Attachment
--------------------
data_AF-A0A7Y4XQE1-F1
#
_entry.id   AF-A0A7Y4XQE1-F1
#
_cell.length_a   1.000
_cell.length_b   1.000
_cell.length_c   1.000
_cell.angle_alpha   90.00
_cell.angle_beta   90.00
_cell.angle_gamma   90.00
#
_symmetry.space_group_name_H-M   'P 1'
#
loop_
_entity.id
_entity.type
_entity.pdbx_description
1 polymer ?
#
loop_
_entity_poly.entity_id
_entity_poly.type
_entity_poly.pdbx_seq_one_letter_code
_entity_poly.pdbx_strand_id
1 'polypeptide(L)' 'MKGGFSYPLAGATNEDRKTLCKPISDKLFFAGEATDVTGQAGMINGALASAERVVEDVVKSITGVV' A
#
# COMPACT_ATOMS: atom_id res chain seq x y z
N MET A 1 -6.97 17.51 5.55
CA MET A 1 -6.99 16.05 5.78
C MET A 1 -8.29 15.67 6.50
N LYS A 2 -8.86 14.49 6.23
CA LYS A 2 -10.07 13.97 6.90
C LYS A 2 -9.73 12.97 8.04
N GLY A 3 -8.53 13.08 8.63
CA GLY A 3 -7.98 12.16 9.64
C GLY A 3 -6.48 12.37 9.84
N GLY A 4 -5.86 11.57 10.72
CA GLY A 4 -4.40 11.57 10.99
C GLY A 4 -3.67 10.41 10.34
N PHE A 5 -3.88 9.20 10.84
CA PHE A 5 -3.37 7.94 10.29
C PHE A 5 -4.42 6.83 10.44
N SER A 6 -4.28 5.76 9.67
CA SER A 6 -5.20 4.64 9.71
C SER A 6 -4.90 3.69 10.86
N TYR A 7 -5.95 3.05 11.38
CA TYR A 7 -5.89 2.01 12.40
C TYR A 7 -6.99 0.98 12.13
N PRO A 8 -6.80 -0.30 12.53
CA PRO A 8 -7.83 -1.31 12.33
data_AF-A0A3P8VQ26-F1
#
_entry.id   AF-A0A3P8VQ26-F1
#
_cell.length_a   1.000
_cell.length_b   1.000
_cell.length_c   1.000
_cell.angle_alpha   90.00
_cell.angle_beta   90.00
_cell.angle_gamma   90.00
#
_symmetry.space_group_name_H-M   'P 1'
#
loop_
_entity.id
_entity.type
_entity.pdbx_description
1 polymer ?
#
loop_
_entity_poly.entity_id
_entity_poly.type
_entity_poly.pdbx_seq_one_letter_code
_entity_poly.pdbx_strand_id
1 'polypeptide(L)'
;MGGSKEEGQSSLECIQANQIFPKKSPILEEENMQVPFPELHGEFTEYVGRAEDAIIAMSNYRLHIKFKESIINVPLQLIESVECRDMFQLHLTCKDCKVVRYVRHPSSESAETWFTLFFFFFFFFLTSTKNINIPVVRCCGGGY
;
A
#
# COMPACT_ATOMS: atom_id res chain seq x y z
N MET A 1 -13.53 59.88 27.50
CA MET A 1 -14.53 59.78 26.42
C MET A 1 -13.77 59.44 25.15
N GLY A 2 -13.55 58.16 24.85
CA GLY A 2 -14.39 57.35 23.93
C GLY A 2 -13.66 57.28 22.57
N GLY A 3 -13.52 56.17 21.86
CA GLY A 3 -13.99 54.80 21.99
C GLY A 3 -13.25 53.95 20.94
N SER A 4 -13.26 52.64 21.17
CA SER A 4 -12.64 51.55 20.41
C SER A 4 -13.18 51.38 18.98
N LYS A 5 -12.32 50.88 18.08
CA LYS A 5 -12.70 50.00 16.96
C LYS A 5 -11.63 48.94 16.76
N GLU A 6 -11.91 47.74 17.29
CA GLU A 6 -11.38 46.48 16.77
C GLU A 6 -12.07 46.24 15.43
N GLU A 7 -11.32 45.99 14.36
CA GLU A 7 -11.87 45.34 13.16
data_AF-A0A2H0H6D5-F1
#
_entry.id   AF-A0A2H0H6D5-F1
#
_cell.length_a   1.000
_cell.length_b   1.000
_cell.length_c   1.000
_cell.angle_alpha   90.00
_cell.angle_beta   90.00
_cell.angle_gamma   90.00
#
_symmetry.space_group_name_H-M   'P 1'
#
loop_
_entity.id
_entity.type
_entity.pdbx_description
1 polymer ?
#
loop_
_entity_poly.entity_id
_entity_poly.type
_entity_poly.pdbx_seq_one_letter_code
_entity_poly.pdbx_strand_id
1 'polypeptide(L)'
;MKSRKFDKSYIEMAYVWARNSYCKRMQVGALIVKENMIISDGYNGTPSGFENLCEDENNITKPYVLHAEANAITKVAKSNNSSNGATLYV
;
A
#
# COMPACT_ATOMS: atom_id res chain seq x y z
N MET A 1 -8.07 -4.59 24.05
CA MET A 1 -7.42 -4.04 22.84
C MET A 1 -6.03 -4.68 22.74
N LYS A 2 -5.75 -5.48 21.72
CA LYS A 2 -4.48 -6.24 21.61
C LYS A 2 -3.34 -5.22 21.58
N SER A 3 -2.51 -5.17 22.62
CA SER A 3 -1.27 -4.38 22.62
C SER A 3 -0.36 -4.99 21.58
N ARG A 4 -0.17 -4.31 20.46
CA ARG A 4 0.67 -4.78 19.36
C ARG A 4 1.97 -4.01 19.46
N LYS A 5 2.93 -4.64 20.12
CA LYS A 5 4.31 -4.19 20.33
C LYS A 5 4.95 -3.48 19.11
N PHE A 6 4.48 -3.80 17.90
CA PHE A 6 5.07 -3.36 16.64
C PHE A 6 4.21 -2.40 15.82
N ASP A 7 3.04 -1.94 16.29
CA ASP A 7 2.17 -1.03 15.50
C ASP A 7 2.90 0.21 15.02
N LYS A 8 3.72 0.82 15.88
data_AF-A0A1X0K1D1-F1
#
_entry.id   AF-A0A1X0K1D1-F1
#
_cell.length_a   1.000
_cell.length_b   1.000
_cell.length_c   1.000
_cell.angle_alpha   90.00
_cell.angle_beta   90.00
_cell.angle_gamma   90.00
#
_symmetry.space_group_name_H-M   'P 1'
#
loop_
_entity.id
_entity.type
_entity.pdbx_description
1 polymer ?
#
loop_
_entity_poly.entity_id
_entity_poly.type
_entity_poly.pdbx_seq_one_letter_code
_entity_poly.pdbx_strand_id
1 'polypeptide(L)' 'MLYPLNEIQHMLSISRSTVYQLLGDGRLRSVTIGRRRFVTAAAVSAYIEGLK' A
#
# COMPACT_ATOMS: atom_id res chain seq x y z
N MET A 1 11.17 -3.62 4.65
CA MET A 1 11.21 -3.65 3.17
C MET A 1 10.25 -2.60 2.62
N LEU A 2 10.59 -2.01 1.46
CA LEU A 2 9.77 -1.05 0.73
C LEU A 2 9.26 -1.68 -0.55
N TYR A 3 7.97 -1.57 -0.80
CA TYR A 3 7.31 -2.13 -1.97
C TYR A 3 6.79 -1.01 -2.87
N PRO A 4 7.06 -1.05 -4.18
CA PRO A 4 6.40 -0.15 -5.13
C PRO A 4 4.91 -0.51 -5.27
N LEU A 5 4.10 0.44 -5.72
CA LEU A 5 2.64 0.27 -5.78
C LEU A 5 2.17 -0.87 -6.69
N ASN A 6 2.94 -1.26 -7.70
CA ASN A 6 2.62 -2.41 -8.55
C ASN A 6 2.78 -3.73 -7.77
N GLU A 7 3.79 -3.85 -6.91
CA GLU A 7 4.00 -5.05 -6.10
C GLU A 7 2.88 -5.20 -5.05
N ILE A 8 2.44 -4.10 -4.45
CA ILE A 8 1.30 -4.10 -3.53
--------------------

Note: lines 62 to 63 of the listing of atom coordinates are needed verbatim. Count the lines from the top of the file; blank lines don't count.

_symmetry.space_group_name_H-M   'P 1'
#